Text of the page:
The Late Prehistoric period is marked by the adoption of the bow and arrow as weapon of choice among Central Texas groups. This period is split into two generally accepted intervals, Austin (early) and Toyah (late). The lithic tool culture of this period is dominated by tiny arrowheads of the kind that most collectors call “bird points.” In fact, these were made to fit a standard arrow, and were used to hunt deer, bison, and other animals. If they were used to kill birds at all, it was as an afterthought. The big, chunky points that collectors refer to as “arrowheads” are actually the dart and spear points that were used by pre-bow and arrow cultures.


The Austin interval dates approximately 1,200-700 years ago. During this phase, the human population of North Texas seemed to decline. The Austin phase is distinguished by expanding-stem arrow points such as Scallorn points. The following Toyah interval is characterized by rapid technological change, the introduction of ceramic pottery, and changes in subsistence. Bison again became an important food source. Artifact inventories increased, and a variety of contracting-stem arrow points known as Perdiz points were developed (that’s one in the picture below). There’s evidence that a limited amount of agriculture was practiced during this period, although some research indicates that the Toyah economy focused on bison hunting. Deer hunting was probably also important.

Perdiz Point

Historic Period (400 Years Ago-present)

You probably know a lot about this one from the white perspective, so I’m not going to go into Euro-American cultural history here; let’s stick to the Native Americans. By the beginning of the Historic period, some Native Americans were practicing horticulture; we know this because the Spanish, the first Europeans to enter Texas in significant numbers in the 16th century, recorded quite a bit about the natives before they wiped them out through disease and warfare. Attempts have been made to connect historic Indian groups with the Toyah phase of the Late Prehistoric period, but none have proved convincing. Even though the Spanish left Texas for a couple of hundred years after that, they still had a huge impact on the peoples who survived. Spanish contact in the Great Plains in the early 1600’s also reintroduced the horse into North America, where it had been extinct for approximately 11,000 years. This animal rapidly changed the lifeways of many Indian groups, producing <> highly mobile bands such as the Apache and Comanche who moved into Texas and pushed out many of the native peoples who had survived the European advance. Most of the rest were forced out when the Mexican inheritors of Spanish Texas let white Americans get a foothold in Texas in the early 1820s. Today, most of the remaining Native Americans in Texas are concentrated on a few small reservations, and most of those groups aren’t even native to Texas.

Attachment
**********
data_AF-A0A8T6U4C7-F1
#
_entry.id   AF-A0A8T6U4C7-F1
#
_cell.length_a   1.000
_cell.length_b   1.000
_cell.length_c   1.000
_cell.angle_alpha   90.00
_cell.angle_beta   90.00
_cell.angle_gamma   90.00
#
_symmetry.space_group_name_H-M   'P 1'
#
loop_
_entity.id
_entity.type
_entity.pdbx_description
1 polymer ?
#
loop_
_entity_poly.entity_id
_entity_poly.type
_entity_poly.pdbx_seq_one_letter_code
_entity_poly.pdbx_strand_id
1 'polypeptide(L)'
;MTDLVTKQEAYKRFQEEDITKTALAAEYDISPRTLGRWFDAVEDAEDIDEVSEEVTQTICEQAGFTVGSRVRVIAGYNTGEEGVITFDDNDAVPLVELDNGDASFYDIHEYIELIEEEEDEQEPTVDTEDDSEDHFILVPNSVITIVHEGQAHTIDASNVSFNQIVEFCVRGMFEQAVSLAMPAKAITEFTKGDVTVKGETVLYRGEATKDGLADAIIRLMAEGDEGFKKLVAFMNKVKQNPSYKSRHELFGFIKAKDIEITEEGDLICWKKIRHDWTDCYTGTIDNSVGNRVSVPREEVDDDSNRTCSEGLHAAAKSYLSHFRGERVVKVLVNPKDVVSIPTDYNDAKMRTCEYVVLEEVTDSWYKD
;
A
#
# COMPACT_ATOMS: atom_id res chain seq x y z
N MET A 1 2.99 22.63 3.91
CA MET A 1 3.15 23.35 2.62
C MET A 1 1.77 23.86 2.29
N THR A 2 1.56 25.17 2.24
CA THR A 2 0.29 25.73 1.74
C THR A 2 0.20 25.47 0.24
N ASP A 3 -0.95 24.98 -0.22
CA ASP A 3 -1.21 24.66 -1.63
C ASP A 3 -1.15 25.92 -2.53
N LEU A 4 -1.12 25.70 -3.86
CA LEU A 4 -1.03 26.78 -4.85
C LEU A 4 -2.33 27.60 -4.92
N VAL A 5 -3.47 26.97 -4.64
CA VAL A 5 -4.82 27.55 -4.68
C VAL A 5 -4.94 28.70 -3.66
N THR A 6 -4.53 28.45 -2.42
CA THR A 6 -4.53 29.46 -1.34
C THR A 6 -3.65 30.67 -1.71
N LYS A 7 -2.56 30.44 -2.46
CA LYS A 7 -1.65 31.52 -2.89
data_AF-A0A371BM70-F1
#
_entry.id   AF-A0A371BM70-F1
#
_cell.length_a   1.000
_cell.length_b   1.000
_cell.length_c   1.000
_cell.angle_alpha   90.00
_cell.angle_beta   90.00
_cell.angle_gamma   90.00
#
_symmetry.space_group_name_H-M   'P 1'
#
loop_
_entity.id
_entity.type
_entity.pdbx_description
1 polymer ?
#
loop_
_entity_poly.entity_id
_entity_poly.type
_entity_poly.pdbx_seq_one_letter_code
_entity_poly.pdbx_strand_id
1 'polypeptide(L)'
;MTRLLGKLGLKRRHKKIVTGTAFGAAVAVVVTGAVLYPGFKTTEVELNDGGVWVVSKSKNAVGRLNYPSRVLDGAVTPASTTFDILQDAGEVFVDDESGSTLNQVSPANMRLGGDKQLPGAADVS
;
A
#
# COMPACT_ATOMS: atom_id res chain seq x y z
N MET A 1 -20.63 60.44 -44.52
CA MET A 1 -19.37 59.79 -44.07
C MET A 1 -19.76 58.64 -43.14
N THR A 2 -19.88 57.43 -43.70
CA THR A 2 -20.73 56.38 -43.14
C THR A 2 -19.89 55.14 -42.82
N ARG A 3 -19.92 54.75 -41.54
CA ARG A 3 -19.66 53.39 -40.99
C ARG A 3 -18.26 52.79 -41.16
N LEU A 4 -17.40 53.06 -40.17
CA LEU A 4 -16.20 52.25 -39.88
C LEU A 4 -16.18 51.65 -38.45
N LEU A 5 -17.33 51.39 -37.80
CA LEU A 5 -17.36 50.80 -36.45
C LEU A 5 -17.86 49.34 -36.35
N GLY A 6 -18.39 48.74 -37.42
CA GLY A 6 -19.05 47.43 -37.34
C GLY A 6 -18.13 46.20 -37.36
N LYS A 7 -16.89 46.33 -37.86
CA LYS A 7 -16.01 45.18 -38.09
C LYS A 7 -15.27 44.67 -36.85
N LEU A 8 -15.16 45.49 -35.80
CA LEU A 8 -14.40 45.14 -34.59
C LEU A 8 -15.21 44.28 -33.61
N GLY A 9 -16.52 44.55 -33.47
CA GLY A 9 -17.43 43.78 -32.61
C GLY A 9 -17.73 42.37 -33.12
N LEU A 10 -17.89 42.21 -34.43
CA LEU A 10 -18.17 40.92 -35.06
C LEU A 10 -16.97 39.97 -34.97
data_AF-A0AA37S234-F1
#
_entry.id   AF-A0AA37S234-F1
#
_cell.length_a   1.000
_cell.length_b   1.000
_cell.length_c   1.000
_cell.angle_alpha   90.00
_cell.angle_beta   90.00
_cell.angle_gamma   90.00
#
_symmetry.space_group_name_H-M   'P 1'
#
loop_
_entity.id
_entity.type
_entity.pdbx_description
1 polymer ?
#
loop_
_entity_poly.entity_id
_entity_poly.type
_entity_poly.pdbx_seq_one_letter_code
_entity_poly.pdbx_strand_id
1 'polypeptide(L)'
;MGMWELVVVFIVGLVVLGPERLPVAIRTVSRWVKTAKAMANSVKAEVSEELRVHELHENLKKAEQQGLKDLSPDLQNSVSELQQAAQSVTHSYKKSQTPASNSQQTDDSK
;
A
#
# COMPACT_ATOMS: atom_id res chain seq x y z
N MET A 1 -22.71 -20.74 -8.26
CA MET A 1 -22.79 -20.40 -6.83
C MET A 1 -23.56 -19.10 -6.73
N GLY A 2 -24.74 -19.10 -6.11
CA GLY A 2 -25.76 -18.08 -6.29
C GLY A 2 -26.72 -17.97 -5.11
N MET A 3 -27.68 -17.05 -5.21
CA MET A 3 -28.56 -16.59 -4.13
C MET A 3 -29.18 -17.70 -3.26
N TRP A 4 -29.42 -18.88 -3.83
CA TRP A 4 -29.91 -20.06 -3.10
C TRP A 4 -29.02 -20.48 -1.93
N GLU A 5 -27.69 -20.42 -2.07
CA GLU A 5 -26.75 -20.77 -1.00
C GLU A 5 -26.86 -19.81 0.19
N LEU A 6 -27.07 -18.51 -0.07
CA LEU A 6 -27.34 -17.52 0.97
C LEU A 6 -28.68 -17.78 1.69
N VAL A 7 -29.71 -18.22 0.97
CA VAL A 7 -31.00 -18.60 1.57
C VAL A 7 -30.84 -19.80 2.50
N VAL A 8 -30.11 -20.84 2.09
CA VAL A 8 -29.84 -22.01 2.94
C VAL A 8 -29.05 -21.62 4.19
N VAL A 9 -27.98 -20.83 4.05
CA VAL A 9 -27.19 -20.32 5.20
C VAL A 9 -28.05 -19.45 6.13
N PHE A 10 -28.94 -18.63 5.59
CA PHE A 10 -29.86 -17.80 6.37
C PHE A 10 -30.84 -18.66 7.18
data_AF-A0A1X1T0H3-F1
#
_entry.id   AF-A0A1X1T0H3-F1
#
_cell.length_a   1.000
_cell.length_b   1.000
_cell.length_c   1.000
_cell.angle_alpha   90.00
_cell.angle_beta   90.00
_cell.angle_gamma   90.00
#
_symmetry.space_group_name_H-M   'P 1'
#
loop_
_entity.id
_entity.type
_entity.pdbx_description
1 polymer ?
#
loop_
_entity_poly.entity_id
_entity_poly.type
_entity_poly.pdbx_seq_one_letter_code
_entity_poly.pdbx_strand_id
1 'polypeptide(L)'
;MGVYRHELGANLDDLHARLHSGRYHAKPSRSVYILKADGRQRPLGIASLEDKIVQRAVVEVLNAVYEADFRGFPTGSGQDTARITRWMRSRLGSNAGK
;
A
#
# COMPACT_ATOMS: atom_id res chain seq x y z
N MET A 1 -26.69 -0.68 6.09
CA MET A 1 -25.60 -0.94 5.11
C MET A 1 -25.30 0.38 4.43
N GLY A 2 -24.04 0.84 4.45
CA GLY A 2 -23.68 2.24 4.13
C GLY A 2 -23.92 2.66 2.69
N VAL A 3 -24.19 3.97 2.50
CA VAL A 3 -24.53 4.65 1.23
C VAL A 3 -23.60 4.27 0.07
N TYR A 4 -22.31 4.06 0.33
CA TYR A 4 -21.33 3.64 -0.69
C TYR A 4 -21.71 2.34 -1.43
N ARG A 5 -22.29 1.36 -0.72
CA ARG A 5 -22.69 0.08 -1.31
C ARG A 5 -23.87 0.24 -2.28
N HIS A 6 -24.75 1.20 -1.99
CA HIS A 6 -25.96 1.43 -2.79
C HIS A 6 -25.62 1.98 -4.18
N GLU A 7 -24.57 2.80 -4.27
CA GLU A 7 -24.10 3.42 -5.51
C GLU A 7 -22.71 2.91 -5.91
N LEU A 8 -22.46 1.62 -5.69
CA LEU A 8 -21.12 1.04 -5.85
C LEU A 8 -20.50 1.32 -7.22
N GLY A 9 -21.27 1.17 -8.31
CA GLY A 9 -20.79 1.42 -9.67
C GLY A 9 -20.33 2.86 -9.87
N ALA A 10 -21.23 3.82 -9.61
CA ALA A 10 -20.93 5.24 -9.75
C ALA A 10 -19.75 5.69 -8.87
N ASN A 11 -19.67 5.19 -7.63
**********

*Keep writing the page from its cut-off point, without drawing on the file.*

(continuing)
And In Conclusion…

I hope you’ve enjoyed this pocket guide to North Texas archeology. The idea was to give you some background against which to understand any archeology you might encounter when you’re visiting our fine public establishments, or working with local archeological societies, or even volunteering on a dig. I’ll be adding more blog entries to the Archeology series on a regular basis, so keep an eye out. Expect to see something on the Dallas Museum of Natural History and the Dallas Archeological Society soon. If I can, I’ll also dig up some info on where you can buy some replicated spear and arrow points, if you like; there are a lot of talented artisans out there.